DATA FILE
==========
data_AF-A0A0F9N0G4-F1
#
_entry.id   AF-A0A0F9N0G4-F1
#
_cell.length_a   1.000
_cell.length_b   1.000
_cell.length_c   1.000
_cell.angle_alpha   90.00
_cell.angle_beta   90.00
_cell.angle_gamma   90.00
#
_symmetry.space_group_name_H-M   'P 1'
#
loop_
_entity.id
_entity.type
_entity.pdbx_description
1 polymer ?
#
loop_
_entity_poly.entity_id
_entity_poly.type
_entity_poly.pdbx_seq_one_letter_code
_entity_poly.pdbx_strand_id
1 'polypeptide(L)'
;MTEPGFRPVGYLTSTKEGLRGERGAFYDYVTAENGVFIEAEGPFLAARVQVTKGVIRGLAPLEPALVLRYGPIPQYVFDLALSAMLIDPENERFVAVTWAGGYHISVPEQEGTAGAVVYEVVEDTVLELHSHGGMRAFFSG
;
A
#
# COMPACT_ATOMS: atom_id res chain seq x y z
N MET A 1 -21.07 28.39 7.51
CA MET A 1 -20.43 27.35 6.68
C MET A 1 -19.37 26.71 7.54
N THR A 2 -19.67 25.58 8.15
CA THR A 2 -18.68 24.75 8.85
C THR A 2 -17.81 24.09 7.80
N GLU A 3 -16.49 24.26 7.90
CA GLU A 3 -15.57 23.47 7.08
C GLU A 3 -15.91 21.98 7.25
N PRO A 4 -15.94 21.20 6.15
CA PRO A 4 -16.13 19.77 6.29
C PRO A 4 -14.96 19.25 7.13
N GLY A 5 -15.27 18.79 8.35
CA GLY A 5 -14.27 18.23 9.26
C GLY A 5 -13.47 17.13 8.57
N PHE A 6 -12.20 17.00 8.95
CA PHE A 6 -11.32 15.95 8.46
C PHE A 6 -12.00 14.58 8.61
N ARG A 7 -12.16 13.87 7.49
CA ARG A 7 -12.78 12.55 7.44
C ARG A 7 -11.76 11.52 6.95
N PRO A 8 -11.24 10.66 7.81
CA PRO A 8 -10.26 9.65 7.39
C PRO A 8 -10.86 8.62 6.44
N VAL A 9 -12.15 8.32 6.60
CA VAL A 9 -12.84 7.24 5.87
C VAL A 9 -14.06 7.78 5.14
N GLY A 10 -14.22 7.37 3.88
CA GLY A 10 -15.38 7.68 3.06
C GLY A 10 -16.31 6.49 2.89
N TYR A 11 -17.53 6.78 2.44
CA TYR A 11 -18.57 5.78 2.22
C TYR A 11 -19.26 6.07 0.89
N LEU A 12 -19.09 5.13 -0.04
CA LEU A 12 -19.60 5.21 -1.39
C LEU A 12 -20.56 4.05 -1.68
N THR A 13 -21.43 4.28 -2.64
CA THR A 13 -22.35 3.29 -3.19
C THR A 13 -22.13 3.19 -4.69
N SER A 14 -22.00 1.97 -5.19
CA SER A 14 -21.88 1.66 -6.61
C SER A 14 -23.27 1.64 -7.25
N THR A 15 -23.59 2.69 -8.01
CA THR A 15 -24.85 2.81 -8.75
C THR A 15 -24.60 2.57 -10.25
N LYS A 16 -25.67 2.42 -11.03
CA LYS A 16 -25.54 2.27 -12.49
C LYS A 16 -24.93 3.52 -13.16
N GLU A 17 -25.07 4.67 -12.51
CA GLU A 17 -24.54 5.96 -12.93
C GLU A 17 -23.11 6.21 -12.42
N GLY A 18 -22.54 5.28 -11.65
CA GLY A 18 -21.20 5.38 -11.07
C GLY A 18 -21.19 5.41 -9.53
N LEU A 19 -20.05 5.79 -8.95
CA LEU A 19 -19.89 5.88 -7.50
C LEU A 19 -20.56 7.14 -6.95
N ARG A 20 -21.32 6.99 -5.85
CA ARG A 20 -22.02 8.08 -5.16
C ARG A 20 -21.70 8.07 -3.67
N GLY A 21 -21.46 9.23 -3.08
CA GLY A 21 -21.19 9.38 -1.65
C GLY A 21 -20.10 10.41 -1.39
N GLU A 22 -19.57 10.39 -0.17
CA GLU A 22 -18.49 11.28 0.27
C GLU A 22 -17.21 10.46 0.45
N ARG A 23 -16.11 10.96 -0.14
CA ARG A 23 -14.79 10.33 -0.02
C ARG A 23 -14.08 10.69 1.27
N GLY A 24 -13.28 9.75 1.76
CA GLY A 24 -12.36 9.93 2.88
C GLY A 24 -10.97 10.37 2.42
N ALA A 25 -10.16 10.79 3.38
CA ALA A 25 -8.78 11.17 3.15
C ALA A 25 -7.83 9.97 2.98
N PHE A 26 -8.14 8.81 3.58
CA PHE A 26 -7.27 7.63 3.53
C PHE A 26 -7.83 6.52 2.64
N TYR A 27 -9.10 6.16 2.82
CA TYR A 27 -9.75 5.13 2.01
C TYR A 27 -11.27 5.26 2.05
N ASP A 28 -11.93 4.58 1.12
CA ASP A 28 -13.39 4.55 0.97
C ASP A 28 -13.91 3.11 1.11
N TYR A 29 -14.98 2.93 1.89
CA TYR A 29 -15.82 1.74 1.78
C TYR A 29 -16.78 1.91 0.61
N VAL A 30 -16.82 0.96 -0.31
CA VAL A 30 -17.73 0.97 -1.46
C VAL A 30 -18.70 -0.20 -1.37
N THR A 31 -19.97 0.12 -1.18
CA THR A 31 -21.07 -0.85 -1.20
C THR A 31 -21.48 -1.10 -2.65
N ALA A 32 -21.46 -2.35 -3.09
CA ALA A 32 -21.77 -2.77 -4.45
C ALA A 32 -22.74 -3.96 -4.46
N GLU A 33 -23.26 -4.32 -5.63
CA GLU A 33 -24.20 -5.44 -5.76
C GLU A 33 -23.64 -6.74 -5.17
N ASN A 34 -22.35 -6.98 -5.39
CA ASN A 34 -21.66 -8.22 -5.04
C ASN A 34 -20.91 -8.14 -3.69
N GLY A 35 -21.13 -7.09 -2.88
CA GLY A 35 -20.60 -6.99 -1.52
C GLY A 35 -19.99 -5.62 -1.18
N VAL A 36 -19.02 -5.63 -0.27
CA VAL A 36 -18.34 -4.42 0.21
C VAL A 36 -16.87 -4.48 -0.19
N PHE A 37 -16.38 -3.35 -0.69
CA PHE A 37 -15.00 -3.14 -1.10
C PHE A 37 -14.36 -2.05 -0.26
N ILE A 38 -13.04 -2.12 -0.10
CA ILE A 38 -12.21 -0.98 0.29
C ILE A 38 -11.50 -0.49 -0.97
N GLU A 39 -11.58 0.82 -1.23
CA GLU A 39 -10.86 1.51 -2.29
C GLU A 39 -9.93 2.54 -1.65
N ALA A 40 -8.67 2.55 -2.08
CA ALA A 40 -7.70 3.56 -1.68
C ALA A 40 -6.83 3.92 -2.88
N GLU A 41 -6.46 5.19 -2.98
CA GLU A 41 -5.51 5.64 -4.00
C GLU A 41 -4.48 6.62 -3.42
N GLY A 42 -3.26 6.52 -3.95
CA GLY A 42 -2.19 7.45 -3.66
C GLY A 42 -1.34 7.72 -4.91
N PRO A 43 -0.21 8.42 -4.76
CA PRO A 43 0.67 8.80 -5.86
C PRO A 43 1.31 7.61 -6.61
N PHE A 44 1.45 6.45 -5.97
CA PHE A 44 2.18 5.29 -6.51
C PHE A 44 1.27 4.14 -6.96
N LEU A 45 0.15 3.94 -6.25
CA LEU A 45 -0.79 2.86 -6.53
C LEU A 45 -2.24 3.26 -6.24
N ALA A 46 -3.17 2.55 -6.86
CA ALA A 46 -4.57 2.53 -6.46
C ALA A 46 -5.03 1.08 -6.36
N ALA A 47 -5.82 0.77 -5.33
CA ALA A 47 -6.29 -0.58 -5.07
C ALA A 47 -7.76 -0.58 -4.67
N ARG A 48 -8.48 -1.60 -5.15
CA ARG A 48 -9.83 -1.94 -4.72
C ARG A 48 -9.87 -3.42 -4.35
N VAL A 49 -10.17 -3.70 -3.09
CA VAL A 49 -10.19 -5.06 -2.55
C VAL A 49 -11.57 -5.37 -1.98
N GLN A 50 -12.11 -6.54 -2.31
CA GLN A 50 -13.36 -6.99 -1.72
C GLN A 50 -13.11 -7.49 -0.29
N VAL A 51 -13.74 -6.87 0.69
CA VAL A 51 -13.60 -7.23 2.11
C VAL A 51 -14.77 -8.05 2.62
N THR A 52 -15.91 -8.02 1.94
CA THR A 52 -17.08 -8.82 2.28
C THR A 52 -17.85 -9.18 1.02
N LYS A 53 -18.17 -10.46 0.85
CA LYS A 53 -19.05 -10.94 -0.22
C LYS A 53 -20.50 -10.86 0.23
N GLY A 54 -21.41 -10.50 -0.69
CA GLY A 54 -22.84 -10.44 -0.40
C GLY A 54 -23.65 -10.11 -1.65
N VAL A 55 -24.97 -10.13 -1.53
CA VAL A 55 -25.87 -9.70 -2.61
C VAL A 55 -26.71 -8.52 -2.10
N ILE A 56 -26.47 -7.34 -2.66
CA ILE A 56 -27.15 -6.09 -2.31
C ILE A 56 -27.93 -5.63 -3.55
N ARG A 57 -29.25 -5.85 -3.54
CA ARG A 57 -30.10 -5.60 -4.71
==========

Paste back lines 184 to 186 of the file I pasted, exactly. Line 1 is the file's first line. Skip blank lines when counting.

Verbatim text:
N THR A 52 -15.91 -8.02 1.94
CA THR A 52 -17.08 -8.82 2.28
C THR A 52 -17.85 -9.18 1.02